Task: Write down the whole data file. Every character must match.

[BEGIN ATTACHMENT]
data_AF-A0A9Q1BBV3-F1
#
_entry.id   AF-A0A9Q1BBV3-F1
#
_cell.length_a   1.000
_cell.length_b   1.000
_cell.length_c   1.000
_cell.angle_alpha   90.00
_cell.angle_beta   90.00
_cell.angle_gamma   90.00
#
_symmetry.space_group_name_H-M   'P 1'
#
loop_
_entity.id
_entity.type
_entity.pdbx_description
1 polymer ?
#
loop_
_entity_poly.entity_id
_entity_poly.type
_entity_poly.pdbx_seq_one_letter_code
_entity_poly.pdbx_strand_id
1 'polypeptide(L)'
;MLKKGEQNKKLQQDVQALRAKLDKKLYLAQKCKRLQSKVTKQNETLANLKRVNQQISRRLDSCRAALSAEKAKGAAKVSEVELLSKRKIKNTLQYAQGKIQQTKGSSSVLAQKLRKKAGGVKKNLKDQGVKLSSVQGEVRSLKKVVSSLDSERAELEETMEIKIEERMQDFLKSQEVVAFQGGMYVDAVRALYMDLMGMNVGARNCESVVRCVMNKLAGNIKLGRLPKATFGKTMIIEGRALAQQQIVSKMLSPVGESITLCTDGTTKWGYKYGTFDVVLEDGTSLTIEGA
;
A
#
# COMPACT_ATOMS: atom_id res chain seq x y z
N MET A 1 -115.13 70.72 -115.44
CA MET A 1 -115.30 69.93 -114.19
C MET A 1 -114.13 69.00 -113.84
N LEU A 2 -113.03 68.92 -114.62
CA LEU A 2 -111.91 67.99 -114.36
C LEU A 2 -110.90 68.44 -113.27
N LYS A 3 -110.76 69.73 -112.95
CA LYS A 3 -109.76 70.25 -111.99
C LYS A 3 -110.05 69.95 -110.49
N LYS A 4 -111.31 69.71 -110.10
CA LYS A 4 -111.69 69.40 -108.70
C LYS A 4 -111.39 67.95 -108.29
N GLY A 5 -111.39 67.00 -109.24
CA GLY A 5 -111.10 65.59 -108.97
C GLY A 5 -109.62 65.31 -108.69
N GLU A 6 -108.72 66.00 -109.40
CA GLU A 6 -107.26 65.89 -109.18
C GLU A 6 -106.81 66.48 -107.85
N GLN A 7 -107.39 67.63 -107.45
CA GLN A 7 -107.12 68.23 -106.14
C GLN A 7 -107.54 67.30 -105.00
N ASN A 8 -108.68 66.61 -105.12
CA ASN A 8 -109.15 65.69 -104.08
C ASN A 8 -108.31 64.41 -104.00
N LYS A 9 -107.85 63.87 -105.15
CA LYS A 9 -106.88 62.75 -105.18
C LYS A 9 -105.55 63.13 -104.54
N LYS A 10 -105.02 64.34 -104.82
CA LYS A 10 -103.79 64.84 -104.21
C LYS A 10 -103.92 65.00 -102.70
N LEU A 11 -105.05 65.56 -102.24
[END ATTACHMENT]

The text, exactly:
data_AF-A0A9Q1BBV3-F1
#
_entry.id   AF-A0A9Q1BBV3-F1
#
_cell.length_a   1.000
_cell.length_b   1.000
_cell.length_c   1.000
_cell.angle_alpha   90.00
_cell.angle_beta   90.00
_cell.angle_gamma   90.00
#
_symmetry.space_group_name_H-M   'P 1'
#
loop_
_entity.id
_entity.type
_entity.pdbx_description
1 polymer ?
#
loop_
_entity_poly.entity_id
_entity_poly.type
_entity_poly.pdbx_seq_one_letter_code
_entity_poly.pdbx_strand_id
1 'polypeptide(L)'
;MLKKGEQNKKLQQDVQALRAKLDKKLYLAQKCKRLQSKVTKQNETLANLKRVNQQISRRLDSCRAALSAEKAKGAAKVSEVELLSKRKIKNTLQYAQGKIQQTKGSSSVLAQKLRKKAGGVKKNLKDQGVKLSSVQGEVRSLKKVVSSLDSERAELEETMEIKIEERMQDFLKSQEVVAFQGGMYVDAVRALYMDLMGMNVGARNCESVVRCVMNKLAGNIKLGRLPKATFGKTMIIEGRALAQQQIVSKMLSPVGESITLCTDGTTKWGYKYGTFDVVLEDGTSLTIEGA
;
A
#
# COMPACT_ATOMS: atom_id res chain seq x y z
N MET A 1 -115.13 70.72 -115.44
CA MET A 1 -115.30 69.93 -114.19
C MET A 1 -114.13 69.00 -113.84
N LEU A 2 -113.03 68.92 -114.62
CA LEU A 2 -111.91 67.99 -114.36
C LEU A 2 -110.90 68.44 -113.27
N LYS A 3 -110.76 69.73 -112.95
CA LYS A 3 -109.76 70.25 -111.99
C LYS A 3 -110.05 69.95 -110.49
N LYS A 4 -111.31 69.71 -110.10
CA LYS A 4 -111.69 69.40 -108.70
C LYS A 4 -111.39 67.95 -108.29
N GLY A 5 -111.39 67.00 -109.24
CA GLY A 5 -111.10 65.59 -108.97
C GLY A 5 -109.62 65.31 -108.69
N GLU A 6 -108.72 66.00 -109.40
CA GLU A 6 -107.26 65.89 -109.18
C GLU A 6 -106.81 66.48 -107.85
N GLN A 7 -107.39 67.63 -107.45
CA GLN A 7 -107.12 68.23 -106.14
C GLN A 7 -107.54 67.30 -105.00
N ASN A 8 -108.68 66.61 -105.12
CA ASN A 8 -109.15 65.69 -104.08
C ASN A 8 -108.31 64.41 -104.00
N LYS A 9 -107.85 63.87 -105.15
CA LYS A 9 -106.88 62.75 -105.18
C LYS A 9 -105.55 63.13 -104.54
N LYS A 10 -105.02 64.34 -104.82
CA LYS A 10 -103.79 64.84 -104.21
C LYS A 10 -103.92 65.00 -102.70
N LEU A 11 -105.05 65.56 -102.24